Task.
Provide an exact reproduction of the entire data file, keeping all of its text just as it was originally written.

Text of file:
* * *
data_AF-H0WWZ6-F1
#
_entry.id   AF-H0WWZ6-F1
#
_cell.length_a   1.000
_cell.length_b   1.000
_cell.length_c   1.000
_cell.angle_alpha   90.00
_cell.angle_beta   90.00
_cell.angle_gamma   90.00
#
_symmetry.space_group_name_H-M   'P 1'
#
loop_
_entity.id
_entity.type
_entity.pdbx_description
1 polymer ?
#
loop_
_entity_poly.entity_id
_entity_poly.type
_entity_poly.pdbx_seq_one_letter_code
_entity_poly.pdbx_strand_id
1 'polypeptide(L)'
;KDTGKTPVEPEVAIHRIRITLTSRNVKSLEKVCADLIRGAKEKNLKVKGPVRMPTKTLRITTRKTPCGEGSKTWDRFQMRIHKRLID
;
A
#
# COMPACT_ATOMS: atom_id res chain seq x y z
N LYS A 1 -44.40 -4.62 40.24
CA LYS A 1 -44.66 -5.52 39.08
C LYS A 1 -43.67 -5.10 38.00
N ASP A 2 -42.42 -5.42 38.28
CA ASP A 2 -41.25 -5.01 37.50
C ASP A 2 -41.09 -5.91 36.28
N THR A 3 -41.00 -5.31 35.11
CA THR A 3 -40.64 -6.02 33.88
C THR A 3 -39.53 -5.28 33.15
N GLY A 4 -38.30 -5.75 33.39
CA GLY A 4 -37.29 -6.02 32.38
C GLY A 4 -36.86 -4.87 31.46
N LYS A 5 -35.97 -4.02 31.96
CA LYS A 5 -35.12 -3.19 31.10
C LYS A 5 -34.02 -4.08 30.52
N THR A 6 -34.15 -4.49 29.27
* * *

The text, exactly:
data_AF-H0WWZ6-F1
#
_entry.id   AF-H0WWZ6-F1
#
_cell.length_a   1.000
_cell.length_b   1.000
_cell.length_c   1.000
_cell.angle_alpha   90.00
_cell.angle_beta   90.00
_cell.angle_gamma   90.00
#
_symmetry.space_group_name_H-M   'P 1'
#
loop_
_entity.id
_entity.type
_entity.pdbx_description
1 polymer ?
#
loop_
_entity_poly.entity_id
_entity_poly.type
_entity_poly.pdbx_seq_one_letter_code
_entity_poly.pdbx_strand_id
1 'polypeptide(L)'
;KDTGKTPVEPEVAIHRIRITLTSRNVKSLEKVCADLIRGAKEKNLKVKGPVRMPTKTLRITTRKTPCGEGSKTWDRFQMRIHKRLID
;
A
#
# COMPACT_ATOMS: atom_id res chain seq x y z
N LYS A 1 -44.40 -4.62 40.24
CA LYS A 1 -44.66 -5.52 39.08
C LYS A 1 -43.67 -5.10 38.00
N ASP A 2 -42.42 -5.42 38.28
CA ASP A 2 -41.25 -5.01 37.50
C ASP A 2 -41.09 -5.91 36.28
N THR A 3 -41.00 -5.31 35.11
CA THR A 3 -40.64 -6.02 33.88
C THR A 3 -39.53 -5.28 33.15
N GLY A 4 -38.30 -5.75 33.39
CA GLY A 4 -37.29 -6.02 32.38
C GLY A 4 -36.86 -4.87 31.46
N LYS A 5 -35.97 -4.02 31.96
CA LYS A 5 -35.12 -3.19 31.10
C LYS A 5 -34.02 -4.08 30.52
N THR A 6 -34.15 -4.49 29.27